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Nin Andrews Comics

Failing at Love 2.0 [by Nin Andrews]

Sapho poem of jealousy

I love this Sappho poem of pure jealousy. I love the “kindled the flesh along my arms/ and smothered me in its smoke-blind rush.” I’m just realizing that many of my favorite poems celebrate the worst parts of our beings: jealousy, lust, rage.

I am thinking about this because I have been reading this book, Love 2.0: Finding Happiness and Health in Moments of Connection, a book recommended by my meditation instructor. The basic premise of the book is that love is not something you simply emanate like a yogi from a cave. Rather, you have to practice it in both small and big ways. The book suggests that you create micro-moments of love by engaging with people wherever you go—the drug store, the post office, the hairdresser, the sidewalk. Just imagine all the opportunities for micro-moments of love. After many such moments, you can develop something called positive resonance. I picture it like a halo around me.

Yeah, right.

But the other day, I thought, what the hell. I might as well try it out. Supposedly, if you do this practice, you develop a well-toned vagal nerve.  And who doesn’t want a toned vagal nerve? So I gave it a shot. I went to the Y for a workout and started gabbing with everyone in sight. I don’t like to chat when I work out, and people who talk too much give me hives. But I figured this was just an experiment. And besides hives, what’s the worst thing that could happen?

First, I talked to a man who was recently divorced and was trying to sweat out his rage at his ex. (He reminded me of that George Bilgere poem, “What I Want”). I didn’t really want to pursue that topic. So then I talked to a woman who hates her ass—okay, that was a little more interesting, and made me think of Lucille Clifton’s “Homage to My Hips.”  Next, I spoke to a lady who thinks the Y is some kind of preview of hell. She did have a few good points to make, especially about the sweaty deposits on the equipment (and yes, there’s a poem for that, too.) Then, in the swimming pool, a man started telling me how to improve my swimming form. He said he could coach me a bit. Really?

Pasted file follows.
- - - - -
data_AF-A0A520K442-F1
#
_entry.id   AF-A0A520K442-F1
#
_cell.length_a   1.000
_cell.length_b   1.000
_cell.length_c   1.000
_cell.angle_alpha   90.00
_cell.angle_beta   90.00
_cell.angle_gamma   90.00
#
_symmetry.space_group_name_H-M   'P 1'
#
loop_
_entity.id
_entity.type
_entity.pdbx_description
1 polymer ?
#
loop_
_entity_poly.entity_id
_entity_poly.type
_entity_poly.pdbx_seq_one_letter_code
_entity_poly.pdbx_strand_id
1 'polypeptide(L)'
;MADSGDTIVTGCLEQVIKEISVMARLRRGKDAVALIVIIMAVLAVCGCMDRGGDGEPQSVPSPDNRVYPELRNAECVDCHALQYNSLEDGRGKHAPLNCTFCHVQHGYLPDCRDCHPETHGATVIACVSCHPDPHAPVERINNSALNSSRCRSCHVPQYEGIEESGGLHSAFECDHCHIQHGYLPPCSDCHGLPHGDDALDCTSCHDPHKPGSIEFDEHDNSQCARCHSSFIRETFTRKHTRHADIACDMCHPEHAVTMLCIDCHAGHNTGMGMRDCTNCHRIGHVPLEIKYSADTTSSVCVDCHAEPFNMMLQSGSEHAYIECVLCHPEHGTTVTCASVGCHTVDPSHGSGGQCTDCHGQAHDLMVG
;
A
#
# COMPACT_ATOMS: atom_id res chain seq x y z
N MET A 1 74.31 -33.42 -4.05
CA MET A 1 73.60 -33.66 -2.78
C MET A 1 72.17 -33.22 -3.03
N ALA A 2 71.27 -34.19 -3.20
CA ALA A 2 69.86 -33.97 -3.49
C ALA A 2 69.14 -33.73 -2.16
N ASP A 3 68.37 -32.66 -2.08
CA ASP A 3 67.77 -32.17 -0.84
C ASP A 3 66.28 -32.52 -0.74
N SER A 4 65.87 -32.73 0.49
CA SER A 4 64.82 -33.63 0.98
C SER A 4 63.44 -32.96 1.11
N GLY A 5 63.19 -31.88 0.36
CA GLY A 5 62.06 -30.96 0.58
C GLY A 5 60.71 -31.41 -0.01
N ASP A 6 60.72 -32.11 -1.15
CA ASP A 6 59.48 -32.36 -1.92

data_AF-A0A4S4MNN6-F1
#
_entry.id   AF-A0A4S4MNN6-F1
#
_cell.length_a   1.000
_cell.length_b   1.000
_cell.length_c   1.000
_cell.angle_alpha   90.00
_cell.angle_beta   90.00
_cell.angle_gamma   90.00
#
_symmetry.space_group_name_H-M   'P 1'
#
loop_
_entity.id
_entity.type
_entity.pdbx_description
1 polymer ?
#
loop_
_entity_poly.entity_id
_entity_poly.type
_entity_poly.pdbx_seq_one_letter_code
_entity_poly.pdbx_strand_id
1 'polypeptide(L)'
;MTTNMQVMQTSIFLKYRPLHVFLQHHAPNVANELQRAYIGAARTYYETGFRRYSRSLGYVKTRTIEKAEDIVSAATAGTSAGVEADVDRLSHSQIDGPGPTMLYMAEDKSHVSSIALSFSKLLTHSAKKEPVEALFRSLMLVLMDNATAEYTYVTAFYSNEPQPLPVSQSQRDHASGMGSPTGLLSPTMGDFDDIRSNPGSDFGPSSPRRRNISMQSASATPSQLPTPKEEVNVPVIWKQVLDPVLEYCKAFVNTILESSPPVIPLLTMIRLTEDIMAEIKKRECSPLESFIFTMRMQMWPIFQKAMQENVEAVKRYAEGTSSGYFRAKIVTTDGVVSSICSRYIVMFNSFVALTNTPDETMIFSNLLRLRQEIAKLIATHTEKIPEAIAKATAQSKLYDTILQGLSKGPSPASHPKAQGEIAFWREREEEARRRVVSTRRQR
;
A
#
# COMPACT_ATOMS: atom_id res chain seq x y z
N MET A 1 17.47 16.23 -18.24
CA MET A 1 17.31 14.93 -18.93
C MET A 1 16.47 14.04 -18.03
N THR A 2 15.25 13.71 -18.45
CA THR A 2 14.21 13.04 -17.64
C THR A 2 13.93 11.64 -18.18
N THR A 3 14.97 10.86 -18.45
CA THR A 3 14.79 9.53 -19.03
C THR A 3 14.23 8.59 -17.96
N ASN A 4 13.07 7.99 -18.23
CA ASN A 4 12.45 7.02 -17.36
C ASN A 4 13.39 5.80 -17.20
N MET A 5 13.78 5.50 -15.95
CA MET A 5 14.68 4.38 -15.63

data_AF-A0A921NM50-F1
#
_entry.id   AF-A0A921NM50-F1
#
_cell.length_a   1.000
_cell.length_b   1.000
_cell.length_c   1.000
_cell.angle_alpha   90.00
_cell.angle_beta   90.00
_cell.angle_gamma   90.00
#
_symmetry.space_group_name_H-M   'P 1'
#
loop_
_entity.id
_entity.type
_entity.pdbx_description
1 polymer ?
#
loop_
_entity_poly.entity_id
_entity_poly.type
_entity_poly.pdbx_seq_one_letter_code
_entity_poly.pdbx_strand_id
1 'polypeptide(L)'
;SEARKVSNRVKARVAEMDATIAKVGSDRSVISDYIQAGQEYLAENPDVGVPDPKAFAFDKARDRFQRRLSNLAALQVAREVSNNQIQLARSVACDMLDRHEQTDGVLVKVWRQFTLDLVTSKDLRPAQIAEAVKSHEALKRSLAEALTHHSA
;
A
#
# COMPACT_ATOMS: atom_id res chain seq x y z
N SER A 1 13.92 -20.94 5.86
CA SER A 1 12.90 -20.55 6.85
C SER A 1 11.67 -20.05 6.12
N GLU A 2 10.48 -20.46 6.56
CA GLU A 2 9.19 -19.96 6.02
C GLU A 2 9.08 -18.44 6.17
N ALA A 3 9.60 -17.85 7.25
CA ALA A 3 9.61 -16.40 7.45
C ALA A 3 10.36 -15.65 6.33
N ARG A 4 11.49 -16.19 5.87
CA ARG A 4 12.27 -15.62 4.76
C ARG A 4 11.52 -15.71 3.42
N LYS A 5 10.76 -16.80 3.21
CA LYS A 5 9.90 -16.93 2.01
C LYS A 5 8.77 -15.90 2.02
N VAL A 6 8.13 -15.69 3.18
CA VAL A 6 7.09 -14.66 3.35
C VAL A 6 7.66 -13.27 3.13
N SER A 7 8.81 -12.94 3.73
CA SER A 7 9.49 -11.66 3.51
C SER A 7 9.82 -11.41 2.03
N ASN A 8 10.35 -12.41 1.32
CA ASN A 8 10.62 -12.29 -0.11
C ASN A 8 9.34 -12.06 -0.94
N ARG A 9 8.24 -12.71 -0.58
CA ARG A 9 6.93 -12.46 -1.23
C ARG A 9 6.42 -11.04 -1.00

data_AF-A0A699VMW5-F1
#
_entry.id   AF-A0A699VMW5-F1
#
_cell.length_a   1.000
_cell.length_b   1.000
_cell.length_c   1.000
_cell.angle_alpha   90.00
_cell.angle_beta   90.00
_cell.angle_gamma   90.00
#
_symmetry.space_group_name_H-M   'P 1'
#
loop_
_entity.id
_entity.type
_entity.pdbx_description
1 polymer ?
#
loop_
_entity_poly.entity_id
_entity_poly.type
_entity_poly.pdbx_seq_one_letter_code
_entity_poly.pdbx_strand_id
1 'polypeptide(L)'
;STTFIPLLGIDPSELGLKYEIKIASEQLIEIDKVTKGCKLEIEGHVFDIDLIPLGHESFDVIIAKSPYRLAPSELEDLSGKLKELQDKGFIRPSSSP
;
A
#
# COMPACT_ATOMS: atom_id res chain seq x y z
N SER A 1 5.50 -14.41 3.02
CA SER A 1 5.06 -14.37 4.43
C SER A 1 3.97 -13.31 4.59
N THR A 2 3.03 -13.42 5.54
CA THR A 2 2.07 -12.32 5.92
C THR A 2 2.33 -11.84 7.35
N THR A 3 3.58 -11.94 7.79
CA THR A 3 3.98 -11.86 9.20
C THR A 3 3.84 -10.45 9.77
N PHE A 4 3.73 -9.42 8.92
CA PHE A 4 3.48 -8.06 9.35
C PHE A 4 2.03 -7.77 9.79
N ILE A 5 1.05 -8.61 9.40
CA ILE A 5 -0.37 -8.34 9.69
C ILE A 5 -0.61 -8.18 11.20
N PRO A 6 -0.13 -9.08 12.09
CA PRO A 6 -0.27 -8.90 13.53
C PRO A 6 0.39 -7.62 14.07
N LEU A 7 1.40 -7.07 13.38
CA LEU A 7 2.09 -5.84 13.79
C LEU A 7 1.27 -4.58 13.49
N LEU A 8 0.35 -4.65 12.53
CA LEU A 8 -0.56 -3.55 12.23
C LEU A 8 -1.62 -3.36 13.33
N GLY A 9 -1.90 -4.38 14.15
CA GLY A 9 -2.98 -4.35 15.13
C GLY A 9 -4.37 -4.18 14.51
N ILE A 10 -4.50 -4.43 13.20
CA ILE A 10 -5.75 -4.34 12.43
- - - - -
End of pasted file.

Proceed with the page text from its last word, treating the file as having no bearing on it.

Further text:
So what is it with men? I mean, what woman would tell a man she would like to coach him. Seriously!

(Afterwards, in the shower, I kept thinking of that wonderful poem, “Shooter,” by Jan Beatty.)

Needless to say, I was failing at micro-moments of love. Or at least I wasn’t feeling it.

And to make matters worse, the next day there were all these people trying to talk to me. 

I put my headphones on and looked into the distance. I didn’t even have anything to listen to, but headphones are useful. I think of them now as a protection against micro-moments of love. 

I thought of all my failed attempts at becoming a better human. I am literally a disaster. Then I thought of all the poets I love and how they celebrate their disastrous selves. Consider this poem by Julie Bruck from her book, How to Avoid Huge Ships.

To Janet in Jersey

        Dear Abby: Is it OK to put a paper towel holder in the bathroom?

                                                                —Janet in Jersey

Don’t ever hide your Bounty under the sink. Nor
your conflicted feelings about family members.
Remember the midwife who handed fawning new parents
their wet, perfect baby? In six months, she said,
when you want to drop this child from a window, call me.
Drink, Janet. Smoke, if it calms you. Take secret joy
in the failings of those who judge you. Judge them back,
if it gives you ballast. When you argue with your dead,
slap anyone who uses the word closure.  Rail, Janet,
rage against the body’s small betrayals. You know
they’re only practice for the big one to come. If others
are steeped in denial, that’s their problem. Pass gas.
Should someone instruct you in the art of breathing,
cut that person off for good. Chew your nails. Cheat at cards.
If you want a roll of paper towels in the bathroom,
Janet in Jersey, you get no argument from me. Fuck, yes!

And this poem from Frank O’Hara’s Lunch Poems always makes me laugh.

Poem

Wouldn’t it be funny
if the Finger had designed us
to shit just once a week?

        all week long we’d get fatter
        and fatter and then on Sunday morning
        while everyone’s in church
 
                        ploop !

from the archive; first posted April 2, 2019.


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"Lively and affectionate" Publishers Weekly

Radio

I left it
on when I
left the house
for the pleasure
of coming back
ten hours later
to the greatness
of Teddy Wilson
"After You've Gone"
on the piano
in the corner
of the bedroom
as I enter
in the dark


from New and Selected Poems by David Lehman

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